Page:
The economic well-being of the people. While this game of the musical chairs of power was being played and the country was constantly sinking in the quicksand of reactionary radicalism, India picked up its shattered economy and, within a decade, made itself into the business behemoth it is today. Even our closest benefactor, China, turned its economy around simultaneously. We could have used the goodwill generated in the West to attract enough investment and economic activity in the country to start a human development revolution. But sadly, we had no time for what was good for us.
Now let’s go to the next milestone — the war on terror. Much had changed this time. The country had gone nuclear (literally) and even fought a limited war with India at Kargil. But its economy was in a shambles. Then after 9/11, the country made the right choice and escaped a gruelling punishment. But that was that. The newly found gratitude towards Pakistan soon became gratitude towards one man, the country’s military ruler. When you are a dictator who is suddenly trying to secularise a highly radicalised polity and therefore face a pushback which can potentially put you out to pasture, you do not mind to capitalise on what Fareed Zakariya once called FOTA (fear of the alternative). Hence Pakistan became the picture of our political Dorian Gray, aka Musharraf.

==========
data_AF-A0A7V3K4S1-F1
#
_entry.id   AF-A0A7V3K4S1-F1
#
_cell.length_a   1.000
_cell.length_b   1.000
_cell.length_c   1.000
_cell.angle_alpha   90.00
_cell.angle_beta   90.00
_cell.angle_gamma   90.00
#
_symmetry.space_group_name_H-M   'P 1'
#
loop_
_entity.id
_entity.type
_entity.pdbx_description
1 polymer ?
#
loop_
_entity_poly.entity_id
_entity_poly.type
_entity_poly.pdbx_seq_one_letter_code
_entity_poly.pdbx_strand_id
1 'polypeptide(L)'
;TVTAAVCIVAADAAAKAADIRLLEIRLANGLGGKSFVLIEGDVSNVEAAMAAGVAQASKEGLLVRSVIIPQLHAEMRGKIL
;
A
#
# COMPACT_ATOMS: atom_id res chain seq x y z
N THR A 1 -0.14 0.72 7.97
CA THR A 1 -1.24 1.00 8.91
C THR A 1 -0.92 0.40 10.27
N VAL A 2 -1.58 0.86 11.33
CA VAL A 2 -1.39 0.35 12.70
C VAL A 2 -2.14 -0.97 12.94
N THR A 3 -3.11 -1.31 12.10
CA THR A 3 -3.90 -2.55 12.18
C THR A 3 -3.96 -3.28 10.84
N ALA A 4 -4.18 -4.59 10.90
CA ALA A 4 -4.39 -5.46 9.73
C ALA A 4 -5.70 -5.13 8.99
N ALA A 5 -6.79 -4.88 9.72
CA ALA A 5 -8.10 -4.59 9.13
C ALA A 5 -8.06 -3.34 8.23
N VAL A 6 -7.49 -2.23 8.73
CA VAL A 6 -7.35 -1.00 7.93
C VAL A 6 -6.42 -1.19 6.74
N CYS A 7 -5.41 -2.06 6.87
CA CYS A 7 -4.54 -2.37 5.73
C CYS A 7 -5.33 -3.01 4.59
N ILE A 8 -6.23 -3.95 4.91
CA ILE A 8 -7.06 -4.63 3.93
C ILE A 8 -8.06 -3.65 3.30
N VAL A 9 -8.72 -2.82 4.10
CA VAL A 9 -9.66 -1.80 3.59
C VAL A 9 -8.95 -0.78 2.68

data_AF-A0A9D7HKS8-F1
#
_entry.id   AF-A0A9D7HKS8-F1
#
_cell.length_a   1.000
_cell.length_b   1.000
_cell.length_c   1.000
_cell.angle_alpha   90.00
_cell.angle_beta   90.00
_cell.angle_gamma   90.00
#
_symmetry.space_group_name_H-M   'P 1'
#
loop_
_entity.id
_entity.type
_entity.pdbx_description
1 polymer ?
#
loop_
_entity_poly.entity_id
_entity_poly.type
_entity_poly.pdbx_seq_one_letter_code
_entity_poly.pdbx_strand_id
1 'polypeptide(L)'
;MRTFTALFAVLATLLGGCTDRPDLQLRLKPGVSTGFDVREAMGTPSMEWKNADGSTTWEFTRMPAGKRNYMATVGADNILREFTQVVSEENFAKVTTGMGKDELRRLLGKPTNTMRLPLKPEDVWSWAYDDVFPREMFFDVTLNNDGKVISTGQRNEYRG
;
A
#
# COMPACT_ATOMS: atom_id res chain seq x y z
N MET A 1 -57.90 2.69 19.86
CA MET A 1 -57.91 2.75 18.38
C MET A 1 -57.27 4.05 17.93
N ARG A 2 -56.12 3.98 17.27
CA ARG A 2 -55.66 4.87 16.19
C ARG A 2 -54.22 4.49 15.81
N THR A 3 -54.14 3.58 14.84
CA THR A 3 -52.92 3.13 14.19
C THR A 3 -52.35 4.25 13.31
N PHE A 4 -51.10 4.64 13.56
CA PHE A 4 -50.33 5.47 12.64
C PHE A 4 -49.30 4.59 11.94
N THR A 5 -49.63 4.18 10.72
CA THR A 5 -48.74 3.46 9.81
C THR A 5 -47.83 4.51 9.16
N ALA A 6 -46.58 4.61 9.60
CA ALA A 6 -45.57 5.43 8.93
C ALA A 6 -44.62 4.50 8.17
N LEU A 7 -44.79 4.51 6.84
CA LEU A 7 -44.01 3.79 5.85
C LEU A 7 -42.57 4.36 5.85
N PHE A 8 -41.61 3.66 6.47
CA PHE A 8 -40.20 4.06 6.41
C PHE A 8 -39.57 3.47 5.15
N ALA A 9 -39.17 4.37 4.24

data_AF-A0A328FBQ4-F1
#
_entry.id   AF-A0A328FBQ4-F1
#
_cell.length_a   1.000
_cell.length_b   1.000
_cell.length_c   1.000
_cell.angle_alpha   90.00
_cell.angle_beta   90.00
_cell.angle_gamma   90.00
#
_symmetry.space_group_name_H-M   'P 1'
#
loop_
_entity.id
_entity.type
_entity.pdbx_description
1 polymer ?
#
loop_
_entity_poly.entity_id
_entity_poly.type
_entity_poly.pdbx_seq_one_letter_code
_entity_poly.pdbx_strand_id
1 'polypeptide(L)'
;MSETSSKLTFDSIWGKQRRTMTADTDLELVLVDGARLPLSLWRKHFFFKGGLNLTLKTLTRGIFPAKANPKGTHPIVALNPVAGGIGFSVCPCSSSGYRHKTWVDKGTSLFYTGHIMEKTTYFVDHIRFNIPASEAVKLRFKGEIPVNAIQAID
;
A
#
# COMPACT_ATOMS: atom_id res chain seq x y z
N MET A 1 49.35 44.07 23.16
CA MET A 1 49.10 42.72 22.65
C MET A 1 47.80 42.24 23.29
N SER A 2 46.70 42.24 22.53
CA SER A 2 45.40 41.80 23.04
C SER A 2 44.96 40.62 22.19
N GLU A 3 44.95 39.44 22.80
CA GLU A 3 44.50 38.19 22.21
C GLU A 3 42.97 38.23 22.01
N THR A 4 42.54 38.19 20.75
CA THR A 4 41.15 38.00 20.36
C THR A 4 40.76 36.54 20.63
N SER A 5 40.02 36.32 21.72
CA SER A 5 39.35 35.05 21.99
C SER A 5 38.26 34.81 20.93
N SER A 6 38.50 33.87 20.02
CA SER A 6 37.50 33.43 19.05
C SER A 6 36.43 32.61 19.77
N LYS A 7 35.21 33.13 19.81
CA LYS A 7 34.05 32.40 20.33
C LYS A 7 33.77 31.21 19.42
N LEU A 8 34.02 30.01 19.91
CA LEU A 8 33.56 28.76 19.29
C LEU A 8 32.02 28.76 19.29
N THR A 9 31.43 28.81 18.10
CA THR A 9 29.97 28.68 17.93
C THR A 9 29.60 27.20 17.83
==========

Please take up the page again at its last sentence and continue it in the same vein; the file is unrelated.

India, in the meantime, was having a field day. Both Pakistan and China were being viewed as part of the problem and potential threats in the West, and India was the vanguard of democratic values in the region. A couple of Indian billionaires went and invested a few billion dollars in America’s tech industry and then showed their inability to hire workers at competitive prices. That’s how they almost monopolised technical visa programs like H1B. For one year, techies would be brought from India and before their term was to expire, some Silicon Valley would permanently adopt them. India got the best of both worlds. We got our suicide attacks and endless blame. Musharraf could not put an end to terrorism. But Gen Raheel Sharif, during Nawaz Sharif’s government, almost did. Remarkably in the last one year of Khan’s rule all these gains were just thrown away. When we ask why this was allowed to take place, we are told such tall tales which make zero sense. Taliban’s Manchurian candidates suddenly start obscuring like crazy.
I hope in the above examples, you have found enough proof of our tendency to self-sabotage. Now, look at the ongoing crisis. Forget for a second this assertion that had one thing gone right, our fellow citizens wouldn’t be waiting in long queues to get bags of flour this Ramazan. Have you thought about what opportunities we are missing now? How many times have we discussed in this space alone that the world is already being reshaped by AI, technology and why even agriculture? And look at what we are doing. The question then arises whether the architects of this long crisis be allowed to go scot-free.
Published in The Express Tribune, April 8th, 2023